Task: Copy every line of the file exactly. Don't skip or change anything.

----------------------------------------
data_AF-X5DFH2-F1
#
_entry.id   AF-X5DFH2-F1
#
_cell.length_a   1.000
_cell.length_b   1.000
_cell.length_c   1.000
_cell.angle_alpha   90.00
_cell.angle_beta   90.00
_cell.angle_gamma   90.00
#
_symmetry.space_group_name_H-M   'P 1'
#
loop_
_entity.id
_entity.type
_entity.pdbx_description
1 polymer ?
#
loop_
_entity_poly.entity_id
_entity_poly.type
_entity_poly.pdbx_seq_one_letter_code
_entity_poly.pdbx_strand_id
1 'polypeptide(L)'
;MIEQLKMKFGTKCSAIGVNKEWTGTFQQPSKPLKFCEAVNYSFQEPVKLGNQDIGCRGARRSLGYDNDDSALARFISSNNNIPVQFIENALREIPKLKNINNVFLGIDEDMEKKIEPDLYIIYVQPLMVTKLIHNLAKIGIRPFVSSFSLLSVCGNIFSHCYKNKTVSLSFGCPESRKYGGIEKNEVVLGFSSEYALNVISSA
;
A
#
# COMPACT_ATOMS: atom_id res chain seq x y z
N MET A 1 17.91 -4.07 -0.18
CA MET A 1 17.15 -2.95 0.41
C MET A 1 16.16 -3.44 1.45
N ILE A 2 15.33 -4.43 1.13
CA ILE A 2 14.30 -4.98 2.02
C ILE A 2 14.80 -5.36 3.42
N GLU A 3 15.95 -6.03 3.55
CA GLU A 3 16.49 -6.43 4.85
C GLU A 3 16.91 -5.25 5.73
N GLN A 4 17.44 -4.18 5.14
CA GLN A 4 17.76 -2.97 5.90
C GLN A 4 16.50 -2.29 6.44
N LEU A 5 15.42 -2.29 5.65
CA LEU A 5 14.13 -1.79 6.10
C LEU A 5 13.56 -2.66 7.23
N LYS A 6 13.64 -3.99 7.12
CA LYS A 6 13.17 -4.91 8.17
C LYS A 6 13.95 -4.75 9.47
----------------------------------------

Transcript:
data_AF-X5DFH2-F1
#
_entry.id   AF-X5DFH2-F1
#
_cell.length_a   1.000
_cell.length_b   1.000
_cell.length_c   1.000
_cell.angle_alpha   90.00
_cell.angle_beta   90.00
_cell.angle_gamma   90.00
#
_symmetry.space_group_name_H-M   'P 1'
#
loop_
_entity.id
_entity.type
_entity.pdbx_description
1 polymer ?
#
loop_
_entity_poly.entity_id
_entity_poly.type
_entity_poly.pdbx_seq_one_letter_code
_entity_poly.pdbx_strand_id
1 'polypeptide(L)'
;MIEQLKMKFGTKCSAIGVNKEWTGTFQQPSKPLKFCEAVNYSFQEPVKLGNQDIGCRGARRSLGYDNDDSALARFISSNNNIPVQFIENALREIPKLKNINNVFLGIDEDMEKKIEPDLYIIYVQPLMVTKLIHNLAKIGIRPFVSSFSLLSVCGNIFSHCYKNKTVSLSFGCPESRKYGGIEKNEVVLGFSSEYALNVISSA
;
A
#
# COMPACT_ATOMS: atom_id res chain seq x y z
N MET A 1 17.91 -4.07 -0.18
CA MET A 1 17.15 -2.95 0.41
C MET A 1 16.16 -3.44 1.45
N ILE A 2 15.33 -4.43 1.13
CA ILE A 2 14.30 -4.98 2.02
C ILE A 2 14.80 -5.36 3.42
N GLU A 3 15.95 -6.03 3.55
CA GLU A 3 16.49 -6.43 4.85
C GLU A 3 16.91 -5.25 5.73
N GLN A 4 17.44 -4.18 5.14
CA GLN A 4 17.76 -2.97 5.90
C GLN A 4 16.50 -2.29 6.44
N LEU A 5 15.42 -2.29 5.65
CA LEU A 5 14.13 -1.79 6.10
C LEU A 5 13.56 -2.66 7.23
N LYS A 6 13.64 -3.99 7.12
CA LYS A 6 13.17 -4.91 8.17
C LYS A 6 13.95 -4.75 9.47